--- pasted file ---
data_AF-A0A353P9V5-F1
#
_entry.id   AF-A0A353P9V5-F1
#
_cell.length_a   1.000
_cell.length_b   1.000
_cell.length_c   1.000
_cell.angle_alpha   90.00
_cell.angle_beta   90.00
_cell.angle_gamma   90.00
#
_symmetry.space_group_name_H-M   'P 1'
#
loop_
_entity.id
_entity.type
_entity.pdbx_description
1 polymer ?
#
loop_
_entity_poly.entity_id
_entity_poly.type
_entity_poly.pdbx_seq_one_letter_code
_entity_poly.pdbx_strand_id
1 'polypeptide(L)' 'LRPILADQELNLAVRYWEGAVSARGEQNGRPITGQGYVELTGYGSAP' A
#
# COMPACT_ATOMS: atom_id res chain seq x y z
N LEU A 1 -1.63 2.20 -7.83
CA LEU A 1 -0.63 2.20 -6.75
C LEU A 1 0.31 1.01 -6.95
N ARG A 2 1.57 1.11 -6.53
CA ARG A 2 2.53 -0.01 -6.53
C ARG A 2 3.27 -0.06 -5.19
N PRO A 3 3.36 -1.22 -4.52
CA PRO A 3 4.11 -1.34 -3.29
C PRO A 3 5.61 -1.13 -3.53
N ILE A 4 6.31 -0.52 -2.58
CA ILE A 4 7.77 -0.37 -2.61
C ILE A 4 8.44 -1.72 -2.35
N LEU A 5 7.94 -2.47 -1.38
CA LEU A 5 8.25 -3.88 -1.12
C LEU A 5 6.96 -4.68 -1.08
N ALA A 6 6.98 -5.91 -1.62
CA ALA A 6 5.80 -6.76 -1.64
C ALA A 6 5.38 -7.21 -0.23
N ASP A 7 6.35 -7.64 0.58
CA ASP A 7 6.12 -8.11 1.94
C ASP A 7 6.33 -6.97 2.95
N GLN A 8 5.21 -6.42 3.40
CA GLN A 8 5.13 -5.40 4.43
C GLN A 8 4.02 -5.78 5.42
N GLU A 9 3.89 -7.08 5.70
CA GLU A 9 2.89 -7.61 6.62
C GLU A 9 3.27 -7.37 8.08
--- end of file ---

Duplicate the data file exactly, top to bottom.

data_AF-A0A353P9V5-F1
#
_entry.id   AF-A0A353P9V5-F1
#
_cell.length_a   1.000
_cell.length_b   1.000
_cell.length_c   1.000
_cell.angle_alpha   90.00
_cell.angle_beta   90.00
_cell.angle_gamma   90.00
#
_symmetry.space_group_name_H-M   'P 1'
#
loop_
_entity.id
_entity.type
_entity.pdbx_description
1 polymer ?
#
loop_
_entity_poly.entity_id
_entity_poly.type
_entity_poly.pdbx_seq_one_letter_code
_entity_poly.pdbx_strand_id
1 'polypeptide(L)' 'LRPILADQELNLAVRYWEGAVSARGEQNGRPITGQGYVELTGYGSAP' A
#
# COMPACT_ATOMS: atom_id res chain seq x y z
N LEU A 1 -1.63 2.20 -7.83
CA LEU A 1 -0.63 2.20 -6.75
C LEU A 1 0.31 1.01 -6.95
N ARG A 2 1.57 1.11 -6.53
CA ARG A 2 2.53 -0.01 -6.53
C ARG A 2 3.27 -0.06 -5.19
N PRO A 3 3.36 -1.22 -4.52
CA PRO A 3 4.11 -1.34 -3.29
C PRO A 3 5.61 -1.13 -3.53
N ILE A 4 6.31 -0.52 -2.58
CA ILE A 4 7.77 -0.37 -2.61
C ILE A 4 8.44 -1.72 -2.35
N LEU A 5 7.94 -2.47 -1.38
CA LEU A 5 8.25 -3.88 -1.12
C LEU A 5 6.96 -4.68 -1.08
N ALA A 6 6.98 -5.91 -1.62
CA ALA A 6 5.80 -6.76 -1.64
C ALA A 6 5.38 -7.21 -0.23
N ASP A 7 6.35 -7.64 0.58
CA ASP A 7 6.12 -8.11 1.94
C ASP A 7 6.33 -6.97 2.95
N GLN A 8 5.21 -6.42 3.40
CA GLN A 8 5.13 -5.40 4.43
C GLN A 8 4.02 -5.78 5.42
N GLU A 9 3.89 -7.08 5.70
CA GLU A 9 2.89 -7.61 6.62
C GLU A 9 3.27 -7.37 8.08